With a vote expected later today the House of Lords appears split on gay marriage - but a new study from America suggests that the real shift in modern matrimony doesn't concern the sexuality of couples so much as how they meet.
Researchers found that between 2005 and 2012 more than one third of US marriages began with online dating.
The study, based on a representative group of 19,131 people, also revealed that couples who meet online are slightly happier and more likely to stay together.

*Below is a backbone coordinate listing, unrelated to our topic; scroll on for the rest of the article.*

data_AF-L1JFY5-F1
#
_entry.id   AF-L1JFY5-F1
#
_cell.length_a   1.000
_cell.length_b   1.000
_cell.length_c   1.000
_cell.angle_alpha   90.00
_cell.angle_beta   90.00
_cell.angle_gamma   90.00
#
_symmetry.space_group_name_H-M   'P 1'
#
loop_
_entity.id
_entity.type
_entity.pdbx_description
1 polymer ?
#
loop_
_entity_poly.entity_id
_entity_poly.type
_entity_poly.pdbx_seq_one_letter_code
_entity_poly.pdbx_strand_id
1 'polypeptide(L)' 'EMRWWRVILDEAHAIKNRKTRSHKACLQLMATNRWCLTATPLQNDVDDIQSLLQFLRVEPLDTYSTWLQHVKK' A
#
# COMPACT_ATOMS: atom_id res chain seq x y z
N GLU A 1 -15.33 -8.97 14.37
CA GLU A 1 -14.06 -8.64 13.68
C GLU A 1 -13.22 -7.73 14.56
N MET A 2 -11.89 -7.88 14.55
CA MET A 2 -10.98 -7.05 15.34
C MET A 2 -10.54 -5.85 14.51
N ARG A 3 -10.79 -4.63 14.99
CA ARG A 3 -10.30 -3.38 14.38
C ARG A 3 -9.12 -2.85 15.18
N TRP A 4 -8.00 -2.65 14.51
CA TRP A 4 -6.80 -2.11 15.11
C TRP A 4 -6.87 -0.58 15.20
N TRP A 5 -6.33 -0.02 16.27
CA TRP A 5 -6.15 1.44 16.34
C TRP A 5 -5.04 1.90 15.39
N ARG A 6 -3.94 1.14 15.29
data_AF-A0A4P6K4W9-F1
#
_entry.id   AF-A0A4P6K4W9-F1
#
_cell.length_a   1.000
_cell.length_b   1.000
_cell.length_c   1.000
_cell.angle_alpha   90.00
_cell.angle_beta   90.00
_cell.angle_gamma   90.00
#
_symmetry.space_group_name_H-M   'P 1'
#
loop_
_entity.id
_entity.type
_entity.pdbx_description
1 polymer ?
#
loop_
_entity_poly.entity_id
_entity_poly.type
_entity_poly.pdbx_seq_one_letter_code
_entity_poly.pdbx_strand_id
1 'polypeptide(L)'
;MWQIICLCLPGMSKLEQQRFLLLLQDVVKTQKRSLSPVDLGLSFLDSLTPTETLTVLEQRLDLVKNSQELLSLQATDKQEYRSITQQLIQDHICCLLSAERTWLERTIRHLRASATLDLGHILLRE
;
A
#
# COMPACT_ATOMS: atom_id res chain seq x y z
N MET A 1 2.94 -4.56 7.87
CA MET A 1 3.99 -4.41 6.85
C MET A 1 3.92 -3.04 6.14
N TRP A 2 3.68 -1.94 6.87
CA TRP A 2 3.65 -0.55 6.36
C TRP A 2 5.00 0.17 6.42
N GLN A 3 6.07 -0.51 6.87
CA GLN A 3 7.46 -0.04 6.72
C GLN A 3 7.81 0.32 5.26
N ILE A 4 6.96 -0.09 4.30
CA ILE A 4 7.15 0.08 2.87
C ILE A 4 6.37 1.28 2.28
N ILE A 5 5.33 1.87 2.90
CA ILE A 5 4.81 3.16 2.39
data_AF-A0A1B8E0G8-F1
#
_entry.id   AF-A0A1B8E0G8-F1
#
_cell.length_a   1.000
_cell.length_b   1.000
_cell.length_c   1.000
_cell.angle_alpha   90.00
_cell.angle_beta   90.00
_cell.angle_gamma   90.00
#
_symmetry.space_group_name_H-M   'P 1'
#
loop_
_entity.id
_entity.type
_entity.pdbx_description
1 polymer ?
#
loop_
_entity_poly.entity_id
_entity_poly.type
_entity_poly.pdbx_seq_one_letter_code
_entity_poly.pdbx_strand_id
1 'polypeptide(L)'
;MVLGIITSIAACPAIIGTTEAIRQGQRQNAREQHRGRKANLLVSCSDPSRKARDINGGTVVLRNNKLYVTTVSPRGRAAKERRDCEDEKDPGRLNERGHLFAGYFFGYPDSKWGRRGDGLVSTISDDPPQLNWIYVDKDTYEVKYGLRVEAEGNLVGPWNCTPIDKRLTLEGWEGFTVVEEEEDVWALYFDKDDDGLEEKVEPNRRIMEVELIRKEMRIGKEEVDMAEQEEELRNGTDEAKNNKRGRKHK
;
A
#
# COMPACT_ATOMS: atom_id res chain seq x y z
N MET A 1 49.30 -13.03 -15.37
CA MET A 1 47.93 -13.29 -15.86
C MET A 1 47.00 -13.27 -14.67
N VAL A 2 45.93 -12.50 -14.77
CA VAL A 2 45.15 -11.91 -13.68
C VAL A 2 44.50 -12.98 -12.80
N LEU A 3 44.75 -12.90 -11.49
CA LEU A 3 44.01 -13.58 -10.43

Respondents who e-romanced were older but, by the end of the survey period, just 5.96 per cent had divorced - compared to 7.67 per cent of couples who met offline.
"These data suggest that the internet may be altering the dynamics and outcomes of marriage itself", said John Cacioppo, lead author of the study, which will be published in the Proceedings of the National Academy of Sciences.
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